Finally, some welcome news on the startup front
US-based asset management firm Baron Capital Group has increased the valuation of food and grocery delivery company Swiggy and fintech platform Pine Labs. It marked up the valuation of its stake in Swiggy by almost 34 per cent, valuing the firm at $8.54 billion.
US-based asset management firm Baron Capital Group has increased the valuation of food and grocery delivery company Swiggy and fintech platform Pine Labs. It marked up the valuation of its stake in Swiggy by almost 34 per cent, valuing the firm at $8.54 billion.Similarly, valuation of Pine Labs has been increased by 10 per cent to $4.92 billion. These developments are at a time when food delivery platform Zomato’s valuation breached the $10 billion mark as the company posted its maiden profit this month. After months of slump, instant delivery startup Zepto became the first unicorn this month. The company raised $200 million in a new funding round at a valuation of $1.4 billion. US-headquartered StepStone Group was the lead investor in this round, while Goodwater Capital and existing backers, including Nexus, Glade Brook Capital and Lachy Groom, also participated in the round. Meanwhile, late-stage technology investor SoftBank Investment Advisers, which has made more than $5.5 billion in exits from its Indian portfolio, is willing to write cheques worth $50 million and above in Indian startups. Though late stage funding announcements are a rarity, early stage funding news hogged the headlines in recent months.
Enterprise software firm DynamoFL, direct-to-consumer (D2C) brand Aretto, traveltech startup Teleport and fintech startups Plus and BizPay secured early-stage funding in August. These fundings have been secured when Indian startup ecosystem is going through a severe funding winter. Funding to Indian startups plunged about 77 per cent in the first seven months of 2023 compared to the same period last year. In total, startups raised $4.4 billion in private equity and venture capital (PE/VC) funding in the January-July period, down from $19.3 billion a year ago. Funding deals plunged to 344 in this period against 821 in the first seven months of 2022.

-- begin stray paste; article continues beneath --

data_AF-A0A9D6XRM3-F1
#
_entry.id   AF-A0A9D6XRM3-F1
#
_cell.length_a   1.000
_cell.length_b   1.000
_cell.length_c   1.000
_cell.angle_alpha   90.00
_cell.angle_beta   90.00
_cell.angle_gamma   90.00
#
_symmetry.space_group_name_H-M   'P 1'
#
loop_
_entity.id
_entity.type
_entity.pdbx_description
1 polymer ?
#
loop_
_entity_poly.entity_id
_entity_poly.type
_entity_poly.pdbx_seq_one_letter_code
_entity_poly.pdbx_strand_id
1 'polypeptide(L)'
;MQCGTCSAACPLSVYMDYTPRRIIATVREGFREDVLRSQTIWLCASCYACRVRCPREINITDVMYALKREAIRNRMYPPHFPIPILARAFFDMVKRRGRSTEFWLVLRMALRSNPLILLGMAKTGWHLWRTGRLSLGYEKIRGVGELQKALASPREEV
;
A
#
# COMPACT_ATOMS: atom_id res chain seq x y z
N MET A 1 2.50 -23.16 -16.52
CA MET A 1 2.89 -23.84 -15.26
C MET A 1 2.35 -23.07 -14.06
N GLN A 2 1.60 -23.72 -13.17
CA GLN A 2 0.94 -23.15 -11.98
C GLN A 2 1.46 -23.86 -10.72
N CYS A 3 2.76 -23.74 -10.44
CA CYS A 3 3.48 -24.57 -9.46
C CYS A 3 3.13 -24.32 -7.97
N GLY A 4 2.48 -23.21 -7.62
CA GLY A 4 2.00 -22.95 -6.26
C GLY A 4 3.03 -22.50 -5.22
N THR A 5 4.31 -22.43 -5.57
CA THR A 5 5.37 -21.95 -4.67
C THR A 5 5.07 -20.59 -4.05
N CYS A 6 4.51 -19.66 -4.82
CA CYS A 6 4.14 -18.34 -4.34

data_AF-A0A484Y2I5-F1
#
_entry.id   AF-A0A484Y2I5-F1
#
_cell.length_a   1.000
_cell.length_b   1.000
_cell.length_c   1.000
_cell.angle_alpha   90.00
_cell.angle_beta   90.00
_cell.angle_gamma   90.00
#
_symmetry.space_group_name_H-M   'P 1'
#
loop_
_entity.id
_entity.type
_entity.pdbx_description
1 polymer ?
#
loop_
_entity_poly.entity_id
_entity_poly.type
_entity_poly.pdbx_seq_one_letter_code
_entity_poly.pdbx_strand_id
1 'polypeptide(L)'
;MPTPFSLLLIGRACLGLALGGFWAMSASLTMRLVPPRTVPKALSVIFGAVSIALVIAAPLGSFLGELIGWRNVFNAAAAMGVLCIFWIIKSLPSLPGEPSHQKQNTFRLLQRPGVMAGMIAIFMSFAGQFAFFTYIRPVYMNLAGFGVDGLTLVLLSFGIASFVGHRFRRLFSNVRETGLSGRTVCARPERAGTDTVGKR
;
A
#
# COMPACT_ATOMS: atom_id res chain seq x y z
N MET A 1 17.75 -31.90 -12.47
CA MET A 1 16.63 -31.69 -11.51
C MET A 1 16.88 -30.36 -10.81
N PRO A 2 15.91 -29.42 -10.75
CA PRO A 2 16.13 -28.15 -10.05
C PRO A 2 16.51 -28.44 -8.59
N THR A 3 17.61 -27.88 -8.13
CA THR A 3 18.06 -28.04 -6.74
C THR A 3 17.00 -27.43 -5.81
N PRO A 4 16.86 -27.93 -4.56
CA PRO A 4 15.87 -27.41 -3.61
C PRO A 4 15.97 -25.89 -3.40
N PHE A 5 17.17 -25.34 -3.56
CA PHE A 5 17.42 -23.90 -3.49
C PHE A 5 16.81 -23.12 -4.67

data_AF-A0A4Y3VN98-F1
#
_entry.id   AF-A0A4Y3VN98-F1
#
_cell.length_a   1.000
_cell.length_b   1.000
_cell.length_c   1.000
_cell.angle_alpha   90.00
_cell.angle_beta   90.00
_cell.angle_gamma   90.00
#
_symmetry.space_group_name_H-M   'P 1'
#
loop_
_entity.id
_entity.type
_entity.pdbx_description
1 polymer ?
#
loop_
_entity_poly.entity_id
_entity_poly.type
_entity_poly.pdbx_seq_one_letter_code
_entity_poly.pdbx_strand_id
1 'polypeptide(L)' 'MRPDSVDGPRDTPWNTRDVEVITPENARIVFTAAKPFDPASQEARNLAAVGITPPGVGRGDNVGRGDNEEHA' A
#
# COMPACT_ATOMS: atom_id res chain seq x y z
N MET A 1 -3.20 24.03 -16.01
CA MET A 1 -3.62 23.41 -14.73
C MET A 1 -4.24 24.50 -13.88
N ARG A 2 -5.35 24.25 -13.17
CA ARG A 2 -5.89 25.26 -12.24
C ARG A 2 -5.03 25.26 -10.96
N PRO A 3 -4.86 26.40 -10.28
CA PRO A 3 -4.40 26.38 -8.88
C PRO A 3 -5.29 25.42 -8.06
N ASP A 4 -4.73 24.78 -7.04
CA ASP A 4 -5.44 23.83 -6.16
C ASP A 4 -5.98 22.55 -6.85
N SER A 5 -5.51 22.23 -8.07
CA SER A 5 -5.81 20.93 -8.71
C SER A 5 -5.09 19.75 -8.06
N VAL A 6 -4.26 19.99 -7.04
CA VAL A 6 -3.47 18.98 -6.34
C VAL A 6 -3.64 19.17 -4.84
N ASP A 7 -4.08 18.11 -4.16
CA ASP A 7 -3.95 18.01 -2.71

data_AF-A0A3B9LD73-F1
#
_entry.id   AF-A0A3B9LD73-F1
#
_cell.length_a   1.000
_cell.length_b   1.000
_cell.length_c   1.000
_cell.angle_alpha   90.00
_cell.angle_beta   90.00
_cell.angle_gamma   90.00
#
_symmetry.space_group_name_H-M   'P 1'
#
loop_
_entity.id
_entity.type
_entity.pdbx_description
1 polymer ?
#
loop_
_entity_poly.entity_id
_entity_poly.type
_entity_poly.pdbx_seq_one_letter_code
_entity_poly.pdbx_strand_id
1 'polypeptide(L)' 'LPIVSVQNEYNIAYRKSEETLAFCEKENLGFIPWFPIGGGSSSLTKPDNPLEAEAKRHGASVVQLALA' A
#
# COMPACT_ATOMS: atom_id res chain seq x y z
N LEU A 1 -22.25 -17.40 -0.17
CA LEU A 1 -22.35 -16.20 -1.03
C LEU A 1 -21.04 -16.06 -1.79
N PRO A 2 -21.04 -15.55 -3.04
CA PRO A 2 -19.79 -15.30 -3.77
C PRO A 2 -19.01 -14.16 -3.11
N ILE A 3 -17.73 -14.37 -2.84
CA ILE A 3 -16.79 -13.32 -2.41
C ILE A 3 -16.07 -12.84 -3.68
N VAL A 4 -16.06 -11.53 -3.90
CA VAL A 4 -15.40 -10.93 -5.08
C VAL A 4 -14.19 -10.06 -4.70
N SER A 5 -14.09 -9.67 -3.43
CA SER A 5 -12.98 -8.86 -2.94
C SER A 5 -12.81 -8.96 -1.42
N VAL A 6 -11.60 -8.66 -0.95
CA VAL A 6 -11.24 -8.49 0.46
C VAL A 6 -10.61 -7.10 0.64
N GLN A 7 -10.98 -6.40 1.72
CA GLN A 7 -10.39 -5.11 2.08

Either way, these developments show some signs of early recovery. According to experts, Indian startups have taken many measures to weed out the excesses of pandemic years. Firstly, operational cost has been significantly reduced across the board by reducing the headcount. Ironically, more than 20,000 staffers have lost their jobs in the last one year. Moreover, marketing budgets have been slashed drastically.
Other discretionary costs have also been reduced. Owing to such measures, many startups today have a better visibility in terms of cash flow. Most importantly, the focus of many startups has shifted from revenue growth to growing profitably. This is definitely good news for the entire ecosystem, per se. After all, the fundamental tenet of any business is to make profits. This can’t be ignored with aggressive focus only on growth. Hearteningly, while some companies like Zomato have started reporting profits, many others have become EBIDTA positive. Indian startups have learnt many lessons in the last one year. Hopefully, these wakeup calls will hold them in good stead even when the funding environment shows signs of revival. For healthy and sustainable growth prospects, each startups has to grow on the profit front. And that is the biggest takeaway from the current environment.